Eu service innovation case studies 2011
by Fred Zimny
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As the Europe 2020 Strategy 4 makes clear, Europe’s future wealth and the wellbeing of its citizens depend ...
As the Europe 2020 Strategy 4 makes clear, Europe’s future wealth and the wellbeing of its citizens depend
on how effectively its businesses innovate in the face of major challenges. It has therefore targeted
strategy on three complementary themes: smart, sustainable and inclusive growth. To achieve its goals,
it has launched a series of seven fl agship initiatives 5.
The Expert Panel’s task has been to identify how services and innovation in services can help to deliver the Strategy. In doing so, it builds on earlier work and relevant studies, such as the Commission Communication
“Towards a Single Market Act”, which estimated that implementing the Services Directive would generate
between €60-140 billion, or 0.6-1.5% of European GDP 6. It also points to the fundamental changes
taking place in the nature of innovation: no longer viewed as purely technological, but rather how fi rms
exploit new technologies, not only to develop new products and services, but also new channels to market,
new business processes, new organisational structures and new business models. As a result, markets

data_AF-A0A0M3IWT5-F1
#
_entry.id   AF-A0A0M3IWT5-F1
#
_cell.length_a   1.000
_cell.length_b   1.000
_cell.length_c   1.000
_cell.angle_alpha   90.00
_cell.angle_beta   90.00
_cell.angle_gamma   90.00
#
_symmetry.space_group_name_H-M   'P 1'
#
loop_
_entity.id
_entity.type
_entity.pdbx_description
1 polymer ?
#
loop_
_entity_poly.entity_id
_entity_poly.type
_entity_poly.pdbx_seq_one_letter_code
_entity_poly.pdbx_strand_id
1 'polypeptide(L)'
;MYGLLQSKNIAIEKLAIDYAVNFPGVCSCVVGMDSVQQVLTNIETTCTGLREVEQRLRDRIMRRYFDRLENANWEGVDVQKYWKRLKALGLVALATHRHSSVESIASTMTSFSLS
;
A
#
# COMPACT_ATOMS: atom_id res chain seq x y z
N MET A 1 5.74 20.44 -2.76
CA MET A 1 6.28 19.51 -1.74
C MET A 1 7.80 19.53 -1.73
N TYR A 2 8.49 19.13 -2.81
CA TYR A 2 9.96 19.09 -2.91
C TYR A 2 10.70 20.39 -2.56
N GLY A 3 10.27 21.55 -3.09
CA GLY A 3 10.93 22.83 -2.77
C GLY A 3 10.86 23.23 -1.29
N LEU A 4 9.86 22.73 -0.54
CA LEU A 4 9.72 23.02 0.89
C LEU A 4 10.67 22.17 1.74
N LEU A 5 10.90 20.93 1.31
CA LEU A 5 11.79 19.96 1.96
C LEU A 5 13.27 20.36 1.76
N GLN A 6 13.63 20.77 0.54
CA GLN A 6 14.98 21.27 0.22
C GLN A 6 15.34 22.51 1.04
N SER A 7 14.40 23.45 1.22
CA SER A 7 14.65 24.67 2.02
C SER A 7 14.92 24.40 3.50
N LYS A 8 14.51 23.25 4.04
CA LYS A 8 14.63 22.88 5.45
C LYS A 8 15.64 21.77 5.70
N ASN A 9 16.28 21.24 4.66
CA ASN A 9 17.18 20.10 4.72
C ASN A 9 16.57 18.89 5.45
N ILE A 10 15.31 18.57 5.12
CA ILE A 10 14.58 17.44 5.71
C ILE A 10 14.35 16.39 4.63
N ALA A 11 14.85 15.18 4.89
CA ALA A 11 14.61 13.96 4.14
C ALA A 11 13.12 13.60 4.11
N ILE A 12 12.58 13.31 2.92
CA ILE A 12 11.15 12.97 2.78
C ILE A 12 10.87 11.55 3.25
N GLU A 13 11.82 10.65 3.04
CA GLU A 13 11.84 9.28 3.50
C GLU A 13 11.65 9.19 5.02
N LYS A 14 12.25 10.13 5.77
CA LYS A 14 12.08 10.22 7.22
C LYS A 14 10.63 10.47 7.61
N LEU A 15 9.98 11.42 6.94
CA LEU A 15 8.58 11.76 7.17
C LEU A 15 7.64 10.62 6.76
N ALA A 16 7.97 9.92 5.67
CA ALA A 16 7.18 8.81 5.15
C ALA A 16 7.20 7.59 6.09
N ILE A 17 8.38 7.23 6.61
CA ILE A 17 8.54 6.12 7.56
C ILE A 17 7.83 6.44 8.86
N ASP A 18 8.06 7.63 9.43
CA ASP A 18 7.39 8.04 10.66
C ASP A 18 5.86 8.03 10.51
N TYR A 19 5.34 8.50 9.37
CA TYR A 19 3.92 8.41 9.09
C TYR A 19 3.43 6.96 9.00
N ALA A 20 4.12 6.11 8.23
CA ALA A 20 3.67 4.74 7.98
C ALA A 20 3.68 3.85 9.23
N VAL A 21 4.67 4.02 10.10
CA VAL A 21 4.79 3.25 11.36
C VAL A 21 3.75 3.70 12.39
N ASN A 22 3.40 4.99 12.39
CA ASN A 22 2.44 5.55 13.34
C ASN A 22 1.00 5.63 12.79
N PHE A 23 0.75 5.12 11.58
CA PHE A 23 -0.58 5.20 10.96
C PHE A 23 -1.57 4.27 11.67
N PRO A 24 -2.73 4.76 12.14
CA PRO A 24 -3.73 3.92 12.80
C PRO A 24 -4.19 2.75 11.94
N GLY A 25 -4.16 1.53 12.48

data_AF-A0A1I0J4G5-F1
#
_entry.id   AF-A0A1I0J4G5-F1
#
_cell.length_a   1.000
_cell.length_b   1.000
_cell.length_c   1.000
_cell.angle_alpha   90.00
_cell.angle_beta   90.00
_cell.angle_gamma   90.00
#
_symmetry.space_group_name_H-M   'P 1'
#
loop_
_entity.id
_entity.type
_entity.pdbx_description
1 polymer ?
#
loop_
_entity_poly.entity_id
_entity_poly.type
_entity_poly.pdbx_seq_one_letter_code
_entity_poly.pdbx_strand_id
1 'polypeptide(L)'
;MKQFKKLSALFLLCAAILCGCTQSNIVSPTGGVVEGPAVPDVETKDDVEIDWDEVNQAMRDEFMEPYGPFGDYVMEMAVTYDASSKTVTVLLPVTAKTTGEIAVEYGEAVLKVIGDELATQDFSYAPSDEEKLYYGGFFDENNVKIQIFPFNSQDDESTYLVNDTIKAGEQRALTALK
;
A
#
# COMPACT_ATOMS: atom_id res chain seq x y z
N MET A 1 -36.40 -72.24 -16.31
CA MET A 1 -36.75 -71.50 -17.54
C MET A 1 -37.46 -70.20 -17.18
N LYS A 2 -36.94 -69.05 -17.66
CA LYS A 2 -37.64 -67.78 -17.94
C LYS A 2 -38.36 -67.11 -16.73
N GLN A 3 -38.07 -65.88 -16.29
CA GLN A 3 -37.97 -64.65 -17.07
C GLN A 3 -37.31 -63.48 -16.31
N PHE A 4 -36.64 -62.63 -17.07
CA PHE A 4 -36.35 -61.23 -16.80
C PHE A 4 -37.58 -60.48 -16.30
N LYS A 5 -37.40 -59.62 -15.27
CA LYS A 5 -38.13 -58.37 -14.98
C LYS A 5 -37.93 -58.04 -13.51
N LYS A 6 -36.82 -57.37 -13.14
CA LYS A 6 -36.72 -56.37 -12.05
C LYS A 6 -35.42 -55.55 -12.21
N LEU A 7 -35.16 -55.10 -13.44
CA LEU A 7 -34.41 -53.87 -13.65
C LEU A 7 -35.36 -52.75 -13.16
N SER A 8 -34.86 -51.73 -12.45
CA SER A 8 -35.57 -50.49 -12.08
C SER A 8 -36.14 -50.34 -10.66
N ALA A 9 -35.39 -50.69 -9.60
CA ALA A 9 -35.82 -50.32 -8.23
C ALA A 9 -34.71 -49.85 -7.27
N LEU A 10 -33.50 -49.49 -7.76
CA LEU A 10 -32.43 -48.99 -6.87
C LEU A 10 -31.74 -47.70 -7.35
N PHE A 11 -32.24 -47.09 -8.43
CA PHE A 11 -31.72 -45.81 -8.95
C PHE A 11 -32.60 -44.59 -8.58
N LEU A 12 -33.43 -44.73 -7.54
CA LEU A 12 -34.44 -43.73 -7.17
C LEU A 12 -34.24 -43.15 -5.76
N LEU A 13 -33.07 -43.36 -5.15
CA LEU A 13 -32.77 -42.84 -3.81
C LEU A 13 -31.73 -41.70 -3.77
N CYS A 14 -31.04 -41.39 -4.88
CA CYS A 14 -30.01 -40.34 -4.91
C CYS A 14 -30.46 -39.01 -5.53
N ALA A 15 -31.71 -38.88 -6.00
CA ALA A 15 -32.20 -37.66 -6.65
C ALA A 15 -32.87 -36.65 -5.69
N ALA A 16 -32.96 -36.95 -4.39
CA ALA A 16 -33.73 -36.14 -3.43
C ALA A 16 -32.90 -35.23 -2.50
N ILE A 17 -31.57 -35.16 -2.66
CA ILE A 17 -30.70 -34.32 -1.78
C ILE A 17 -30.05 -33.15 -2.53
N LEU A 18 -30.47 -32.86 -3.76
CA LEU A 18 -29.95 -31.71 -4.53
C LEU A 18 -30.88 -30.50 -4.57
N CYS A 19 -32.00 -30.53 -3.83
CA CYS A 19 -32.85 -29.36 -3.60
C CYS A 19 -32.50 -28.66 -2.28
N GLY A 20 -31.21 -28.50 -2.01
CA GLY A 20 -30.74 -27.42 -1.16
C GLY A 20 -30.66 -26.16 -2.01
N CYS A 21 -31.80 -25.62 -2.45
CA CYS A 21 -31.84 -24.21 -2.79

are evolving, new strategic partnerships developing and old-fashioned concepts, such as the distinction
between the manufacturing and service sectors, are being blurred, if not overturned.
The process of change presents both an opportunity as well as a challenge. European fi rms are already
succeeding in many new global markets and European service fi rms are helping to transform businesses
across the economy. Indeed, many European fi rms lead the world in their ability to integrate high-value
manufacturing with design and marketing services to create many of the world’s most iconic, customer
focused luxury brands. We need to build on that success.
In relation to smart growth the report describes how the ability of technology to capture, store, manipulate,
and communicate increasing quantities of information to fi xed or mobile network devices is transforming
the way European citizens work and live. This smart infrastructure now increasingly underpins the
economic activity of all fi rms, with the result that innovations in the services that deliver and exploit it have
the potential to transform large parts of the economy.
In relation to sustainable growth, new services increasingly enable a shift towards more intelligent use
and reuse of resources. As the price of raw materials rises, regional water stress increases, and a global
middle class emerges, the world market for sustainable environmental services will expand substantially.
The Expert Panel considers that the demanding European regulatory environment and public concern
about sustainability will give European fi rms a fi rst mover advantage that will enable them to capture
signifi cant global market shares in high-value markets, such as intelligent transport systems, and environmental
The shift from product to service systems innovation will infl uen